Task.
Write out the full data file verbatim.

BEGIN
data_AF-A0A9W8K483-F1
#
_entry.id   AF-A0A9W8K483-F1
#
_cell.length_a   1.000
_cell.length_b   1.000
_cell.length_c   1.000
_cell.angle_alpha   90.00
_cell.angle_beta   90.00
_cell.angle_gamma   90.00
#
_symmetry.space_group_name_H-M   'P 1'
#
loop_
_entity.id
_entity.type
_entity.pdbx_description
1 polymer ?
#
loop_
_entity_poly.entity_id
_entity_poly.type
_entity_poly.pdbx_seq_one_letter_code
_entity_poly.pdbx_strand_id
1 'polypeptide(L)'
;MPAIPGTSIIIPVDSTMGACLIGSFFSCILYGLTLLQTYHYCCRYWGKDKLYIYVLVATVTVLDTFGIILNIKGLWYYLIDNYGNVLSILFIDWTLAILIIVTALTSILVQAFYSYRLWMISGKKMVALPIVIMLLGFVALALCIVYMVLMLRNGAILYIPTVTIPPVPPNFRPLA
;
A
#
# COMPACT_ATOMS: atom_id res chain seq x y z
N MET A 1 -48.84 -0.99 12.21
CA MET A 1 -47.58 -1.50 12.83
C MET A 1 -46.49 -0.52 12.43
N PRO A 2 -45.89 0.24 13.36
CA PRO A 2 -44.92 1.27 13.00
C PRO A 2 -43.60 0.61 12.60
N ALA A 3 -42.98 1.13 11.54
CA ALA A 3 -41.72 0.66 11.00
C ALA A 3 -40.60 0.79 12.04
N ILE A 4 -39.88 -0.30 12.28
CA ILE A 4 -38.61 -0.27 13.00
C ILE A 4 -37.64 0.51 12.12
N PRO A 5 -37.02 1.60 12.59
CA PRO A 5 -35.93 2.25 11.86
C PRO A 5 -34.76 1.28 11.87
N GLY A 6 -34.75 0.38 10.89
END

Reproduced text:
data_AF-A0A9W8K483-F1
#
_entry.id   AF-A0A9W8K483-F1
#
_cell.length_a   1.000
_cell.length_b   1.000
_cell.length_c   1.000
_cell.angle_alpha   90.00
_cell.angle_beta   90.00
_cell.angle_gamma   90.00
#
_symmetry.space_group_name_H-M   'P 1'
#
loop_
_entity.id
_entity.type
_entity.pdbx_description
1 polymer ?
#
loop_
_entity_poly.entity_id
_entity_poly.type
_entity_poly.pdbx_seq_one_letter_code
_entity_poly.pdbx_strand_id
1 'polypeptide(L)'
;MPAIPGTSIIIPVDSTMGACLIGSFFSCILYGLTLLQTYHYCCRYWGKDKLYIYVLVATVTVLDTFGIILNIKGLWYYLIDNYGNVLSILFIDWTLAILIIVTALTSILVQAFYSYRLWMISGKKMVALPIVIMLLGFVALALCIVYMVLMLRNGAILYIPTVTIPPVPPNFRPLA
;
A
#
# COMPACT_ATOMS: atom_id res chain seq x y z
N MET A 1 -48.84 -0.99 12.21
CA MET A 1 -47.58 -1.50 12.83
C MET A 1 -46.49 -0.52 12.43
N PRO A 2 -45.89 0.24 13.36
CA PRO A 2 -44.92 1.27 13.00
C PRO A 2 -43.60 0.61 12.60
N ALA A 3 -42.98 1.13 11.54
CA ALA A 3 -41.72 0.66 11.00
C ALA A 3 -40.60 0.79 12.04
N ILE A 4 -39.88 -0.30 12.28
CA ILE A 4 -38.61 -0.27 13.00
C ILE A 4 -37.64 0.51 12.12
N PRO A 5 -37.02 1.60 12.59
CA PRO A 5 -35.93 2.25 11.86
C PRO A 5 -34.76 1.28 11.87
N GLY A 6 -34.75 0.38 10.89